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Old 06-15-2009, 09:02 PM   #11
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They are everywhere here. Many people claim to consider them a nuisance but I think everyone here has a bit of a soft spot for them. Even in the city Canada geese stop the busiest traffic just by stepping into the road--all lanes wait patiently while they cross. The geese get more respect than pedestrians.

I confess that I am a little unclear as to what you wrote about the "giants." Can you explain a bit about your research?
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Old 06-16-2009, 08:36 PM   #12
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There are several species of Canada geese.
Quote:
North America's commonest goose ranges in size from the small "cackling race, weighing as little as 2 pounds, to the "giant" race, of up to 18 pounds.
cited North American Wildlife

Trillium please tell us more.
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Old 06-17-2009, 09:52 PM   #13
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Well, the long and short of it is that people see the thousands of local giants, and think there are too many geese. Hunters are happy because giants tend to be alot easier to decoy and harvest, and there are lots of them. So overall harvests go up. But since the government is broke, the FWS really doesn't do transects of the Canada breeding grounds like they used to, so almost all population projections are now based on harvest reporting and band recoveries. Very few (if any) non giant geese are banded anymore either, so that is all just lost data.

Several years ago it was discovered that all of a sudden the Atlantic population of geese, which migrate from eastern Canada and winter primarily on the eastern shore of the Chesapeak, had crashed. I think it was down to 200,000 or fewer adult birds. These were the birds that made the Chesapeak THE place to goose hunt in the US. Since there were so many giants, and people were complaining about the geese as being a nuisance, MD had very liberal goose seasons. We went out there hunting on the western side of the Bay. The limit was 5 a day. This was regular January seasons when the Atlantic popluation was wintering in the area as well. It was a goose hunter's heaven.

But lo and behold, the AP crashed, and it was masked because there were so many giants. A goose is a goose right? It didn't happen in ayear, it took awhile to get a popluation that used to be the largest on the continent to near extirpation. Well, the feds shut the goose seasons down for several years on the Bay, and it destroyed the local economies. The AP is doing better now thanks to the limited harvest and quick action of the feds. This same situation is happening in the Midwest right now. The Mississippi Valley population used to comprise 800-1 million birds in the fall. Now, it is down below 500k, but the prevailing thought around here is, who cares because there are all those giants around, and they are easy for hunters to kill, so license sales are up. Win-win for everyone right? A goose is a goose. Meanwhile the MVP breeding grounds have been stressed by the snow goose explosion, as well as the push of giant geese north.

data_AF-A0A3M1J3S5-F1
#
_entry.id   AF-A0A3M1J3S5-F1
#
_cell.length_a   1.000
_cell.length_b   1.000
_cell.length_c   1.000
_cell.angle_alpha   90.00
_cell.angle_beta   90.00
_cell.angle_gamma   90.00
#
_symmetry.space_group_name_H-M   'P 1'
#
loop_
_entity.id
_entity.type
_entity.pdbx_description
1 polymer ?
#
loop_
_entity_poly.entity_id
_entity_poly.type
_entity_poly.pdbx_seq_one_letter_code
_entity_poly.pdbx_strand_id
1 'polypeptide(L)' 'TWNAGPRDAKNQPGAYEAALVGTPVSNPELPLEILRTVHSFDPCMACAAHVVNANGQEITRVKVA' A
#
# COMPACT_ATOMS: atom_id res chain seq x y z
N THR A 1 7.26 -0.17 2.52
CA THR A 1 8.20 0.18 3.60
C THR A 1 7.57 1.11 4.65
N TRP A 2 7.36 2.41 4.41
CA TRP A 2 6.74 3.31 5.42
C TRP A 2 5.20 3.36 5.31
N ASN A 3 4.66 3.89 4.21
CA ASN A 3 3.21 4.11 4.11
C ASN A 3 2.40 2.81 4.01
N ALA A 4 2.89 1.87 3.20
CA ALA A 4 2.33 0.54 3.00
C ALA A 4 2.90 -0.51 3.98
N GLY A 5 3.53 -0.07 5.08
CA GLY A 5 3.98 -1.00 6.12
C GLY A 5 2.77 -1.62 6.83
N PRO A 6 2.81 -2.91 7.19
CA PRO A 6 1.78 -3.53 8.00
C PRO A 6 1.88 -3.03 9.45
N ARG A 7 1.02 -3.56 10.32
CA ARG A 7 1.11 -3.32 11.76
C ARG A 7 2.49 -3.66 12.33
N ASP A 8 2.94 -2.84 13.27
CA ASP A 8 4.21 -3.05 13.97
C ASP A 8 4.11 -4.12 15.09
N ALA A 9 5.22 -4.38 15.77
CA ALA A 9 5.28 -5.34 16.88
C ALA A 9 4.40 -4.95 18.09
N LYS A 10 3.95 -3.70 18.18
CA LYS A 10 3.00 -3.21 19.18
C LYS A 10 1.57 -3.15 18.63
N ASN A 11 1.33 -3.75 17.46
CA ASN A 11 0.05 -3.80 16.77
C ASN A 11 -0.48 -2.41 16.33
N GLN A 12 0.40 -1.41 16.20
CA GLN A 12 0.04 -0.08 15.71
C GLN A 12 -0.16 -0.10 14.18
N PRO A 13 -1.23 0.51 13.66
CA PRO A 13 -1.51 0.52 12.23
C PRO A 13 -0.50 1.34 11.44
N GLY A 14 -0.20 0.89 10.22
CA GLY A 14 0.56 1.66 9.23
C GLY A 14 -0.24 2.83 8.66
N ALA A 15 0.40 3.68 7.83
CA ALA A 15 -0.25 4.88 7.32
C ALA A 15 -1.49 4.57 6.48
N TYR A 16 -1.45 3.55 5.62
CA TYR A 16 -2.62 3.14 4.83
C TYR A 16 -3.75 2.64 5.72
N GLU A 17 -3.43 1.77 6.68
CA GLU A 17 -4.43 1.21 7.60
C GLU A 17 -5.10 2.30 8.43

The MVP is disappearing. I have goose hunted my whole life. It's my favorite thing. I can also just sit with the camera and take hundreds of shots in a night of geese flying. I know the habits of geese in this part of the state as well as I know my own. They aren't here anymore. Grand River Marsh used to hold 100k geese at peak. Now, I think there are alot if there are 20k. And they aren't magically going somewhere else. They just are not here anymore. The local ponds around here used to support 10k. Now I feel lucky if there are 500 on any one pond. When we do get a banded bird, they are around ten years old, and we have had a couple over 15 years old. I know they don't band much anymore in Canada, but in general, and aging population that is diminishing, is a real danger sign that there is very low production.

When I was in college, the MVP had a supposed "crash". The season lasted a week and supposedly there were only 400k birds forecast. But at that time, the population models used were twenty years old, and only supported a model that included 90% MVP birds. However in the Mississippi flyway, we see alot more than that popluation. So, I proved it. I proved that not only should they be accounting for the MVP, but they needed to include the Eastern Prairie population, which I showed 4-6% annually came through the MF. There is also the small geese, or cacklers, which were not included, as well as giants, and the small Southern James Bay pop. So I set in motion the basis for setting harvest limits not based soley on the MVP. I literally counted thousands of geese on a nightly basis when I could and kept track of there migration routed, and compared it to band recoveries, and harvest rates. My advisor in college sat on the Mississppi Flyway council ,so the data I collected, and the research I did got to where it needed to fast.